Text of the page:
Christmas at the Sanatorium

Every year I do a series of Xmas entries on the blog, helped and encouraged by suggestions and recommendations from my lovely readers. If you use Pinterest you can see some of the beautiful seasonal pictures on this page, and you can find (endless!) more Xmas books via the labels at the bottom of the page. You’d think I’d be running out of Xmas books and scenes by now, but far from it – I have to begin this feature earlier in December each year. More ideas still welcome in the comments. (If it’s a particularly good choice I will ditch one of the ones I have ready and give you credit…)

Magic Mountain by Thomas Mann

published 1924

Magic M Xmas tree

A tall handsome fir had been set up a few days beforehand at the far right end of the dining hall, next to the Bad Russian table; and its piny scent, finding its way among all the aromas of rich food, occasionally reached the noses of the diners and awakened a kind of wistful look in the eyes of some who sat at the seven tables. By suppertime on the 24th, the tree had been gaily decorated with tinsel, glass balls, gilt cones, little apples in nets, and all sorts of candies; its colourful wax candles burned during the whole meal and for a while afterward. It was said that little trees with candles had been provided for the bedridden too – one tree per room.

A great many parcels had arrived over the last few days. Even Joachim Ziemssen and Hans Castorp had received packages from their distant, low-lying homeland, carefully-wrapped gifts that they had then spread out in their rooms: cleverly chosen articles of clothing, neckties, luxury items in leather and nickel, as well as an abundance of holiday pastries, nuts, apples and marzipan, in such quantities that the cousins gazed at them dubiously, wondering when they would ever find a chance to eat it all.

Magic Mountain Xmas

commentary: This cheery scene is set in a sanatorium for TB patients, in Switzerland at the beginning of the 20th century. The book is one of the great works of the century, but it is a commitment to read it because it is very long and quite sad. I read it earlier this year, inspired (finally, having been meaning to read it for years) by Linda Grant’s Dark Circle, a virtuosic novel on the treatment of TB after WW2.

Christmas at the sanatorium is a charming occasion, although Mann has already warned us that one of the patients will die shortly afterwards. But then, patients die throughout the book… later on, a nurse is quite straightforward with the main character, Castorp:
Quite rightly, the idea would never have occurred to her that it might be more tactful to spare Joachim, and she was much too businesslike to think that anyone, and certainly not a close relative, could possibly indulge in self-deception as to the nature and outcome of the case.
Not very festive perhaps – but the Christmas scene in the book gives us some respite, and the book isn’t as depressing as it might sound. The Bad Russians (as opposed to the Good Russians, who include a woman Castorp has a crush on) made me laugh every time they appear.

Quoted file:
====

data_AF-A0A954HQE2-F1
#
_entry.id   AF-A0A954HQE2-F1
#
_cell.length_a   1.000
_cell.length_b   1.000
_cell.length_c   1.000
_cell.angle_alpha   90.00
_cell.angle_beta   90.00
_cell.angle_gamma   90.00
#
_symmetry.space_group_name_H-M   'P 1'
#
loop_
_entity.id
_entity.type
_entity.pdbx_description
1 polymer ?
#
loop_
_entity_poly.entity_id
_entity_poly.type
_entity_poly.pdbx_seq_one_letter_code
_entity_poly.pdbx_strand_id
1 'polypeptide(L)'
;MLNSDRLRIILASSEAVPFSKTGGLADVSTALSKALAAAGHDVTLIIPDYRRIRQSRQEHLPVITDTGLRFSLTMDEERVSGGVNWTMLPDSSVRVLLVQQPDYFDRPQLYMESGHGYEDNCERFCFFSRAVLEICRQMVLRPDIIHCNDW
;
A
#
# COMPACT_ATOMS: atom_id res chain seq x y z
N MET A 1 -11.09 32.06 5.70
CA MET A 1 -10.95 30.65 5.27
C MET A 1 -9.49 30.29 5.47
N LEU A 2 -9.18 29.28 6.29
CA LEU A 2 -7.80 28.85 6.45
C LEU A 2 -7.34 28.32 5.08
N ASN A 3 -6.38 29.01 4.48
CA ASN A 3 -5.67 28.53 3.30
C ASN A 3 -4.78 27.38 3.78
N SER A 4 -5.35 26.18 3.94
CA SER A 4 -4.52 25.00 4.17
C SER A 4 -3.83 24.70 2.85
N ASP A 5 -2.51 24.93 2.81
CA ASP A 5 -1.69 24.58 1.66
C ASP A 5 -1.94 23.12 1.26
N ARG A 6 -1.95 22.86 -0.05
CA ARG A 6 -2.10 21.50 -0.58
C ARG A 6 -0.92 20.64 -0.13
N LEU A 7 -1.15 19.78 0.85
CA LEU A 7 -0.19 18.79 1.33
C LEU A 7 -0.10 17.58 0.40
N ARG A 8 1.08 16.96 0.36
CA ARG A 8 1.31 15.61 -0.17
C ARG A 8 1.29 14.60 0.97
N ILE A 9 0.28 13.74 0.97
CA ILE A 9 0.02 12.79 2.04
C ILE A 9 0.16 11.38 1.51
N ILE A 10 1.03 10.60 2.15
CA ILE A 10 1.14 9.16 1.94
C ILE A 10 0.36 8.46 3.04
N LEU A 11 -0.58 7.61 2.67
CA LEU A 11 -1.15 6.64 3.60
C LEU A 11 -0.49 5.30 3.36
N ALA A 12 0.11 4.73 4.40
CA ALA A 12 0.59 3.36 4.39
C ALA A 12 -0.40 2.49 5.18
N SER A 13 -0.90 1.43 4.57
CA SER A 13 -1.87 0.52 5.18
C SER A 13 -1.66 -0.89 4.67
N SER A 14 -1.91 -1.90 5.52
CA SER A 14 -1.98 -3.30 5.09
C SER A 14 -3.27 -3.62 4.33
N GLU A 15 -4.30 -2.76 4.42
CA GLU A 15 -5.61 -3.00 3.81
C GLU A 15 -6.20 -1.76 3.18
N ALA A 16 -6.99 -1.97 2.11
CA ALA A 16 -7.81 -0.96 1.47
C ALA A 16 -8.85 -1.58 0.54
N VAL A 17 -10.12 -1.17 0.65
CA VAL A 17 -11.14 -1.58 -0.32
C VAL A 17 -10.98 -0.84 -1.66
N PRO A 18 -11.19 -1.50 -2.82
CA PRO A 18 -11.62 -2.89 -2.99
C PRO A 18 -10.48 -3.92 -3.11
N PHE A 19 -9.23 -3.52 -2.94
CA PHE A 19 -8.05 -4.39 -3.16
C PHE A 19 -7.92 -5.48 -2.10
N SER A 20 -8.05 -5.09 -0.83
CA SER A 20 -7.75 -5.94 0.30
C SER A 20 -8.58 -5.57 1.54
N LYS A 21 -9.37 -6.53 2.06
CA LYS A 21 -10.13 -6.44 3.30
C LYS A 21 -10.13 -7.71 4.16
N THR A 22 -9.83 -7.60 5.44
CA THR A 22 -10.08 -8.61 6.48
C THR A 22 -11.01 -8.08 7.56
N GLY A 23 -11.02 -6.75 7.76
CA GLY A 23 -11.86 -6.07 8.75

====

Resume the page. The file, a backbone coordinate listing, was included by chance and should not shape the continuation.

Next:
Magic M Davos san

You can read other entries on this book here:  there will be more sanatorium/hospital posts as part of the Xmas meme….

The 2nd picture shows, remarkably, exactly a sick young woman in a sanatorium in Davos, Switzerland, celebrating Christmas in bed with her own tree. It is from the Dutch archives.

The 3nd pic is the sanatorium of Davos, from Flickr.

The Xmas tree is from the NYPL.


  1. Oh, yes, Moira, I do remember your review of this one. I'd well imagine that, since the tone of the book is ultimately quite sad, this part of it probably does come as quite a welcome respite. This scene's quite cheery, and I like the way friends and relatives remember their loved ones at holiday time. It seems to add a very nice touch.

    1. Yes, it's something of a break in the action and your words 'welcome respite' are very apt! I am glad I read this book, although it is not very cheerful: as you know, I read it much earlier in the year, and have been thinking about it on and off ever since. It really sticks with the reader - though I doubt I will ever read it again.

  2. Do you know what those Christmas packages remind me of, Moira? A far less highbrow work of literature: the scene in What Katy Did at School where Katy and Clover are the only ones whose Christmas hampers arrive through the snow. Any chance of writing about it on the blog?
    About those candles: I am surprised they didn't burn the sanatorium down!

    1. Oh, I remember the hampers! "Debby's jumbles" - I didn't really know what they were, but they sounded delicious.

    2. Oh yes, both of you, one of my favourite scenes ever! Can't believe I've never thought about it for a Xmas entry. I did do a couple of other entries on Katy in the early days of the blog (it was my absolute childhood favourite book). Yes, must do the hampers. They divided them up so everyone in the school got their own little parcel of treats...

  3. I have remembered two rather unfestive Christmas descriptions, both involving sudden tragic deaths: Christmas 1959 (after the pantomime on Christmas Eve) in Behind the Scenes at the Museum by Kate Atkinson; and Christmas 1974 in The Inn at Lake Devine by Elinor Lipman. Though both books have quite a lot of humour as well.

    1. I have read both those books but don't particularly remember the deaths! But always nice to have a change of pace in the Christmas entries, I am making a note for next year.


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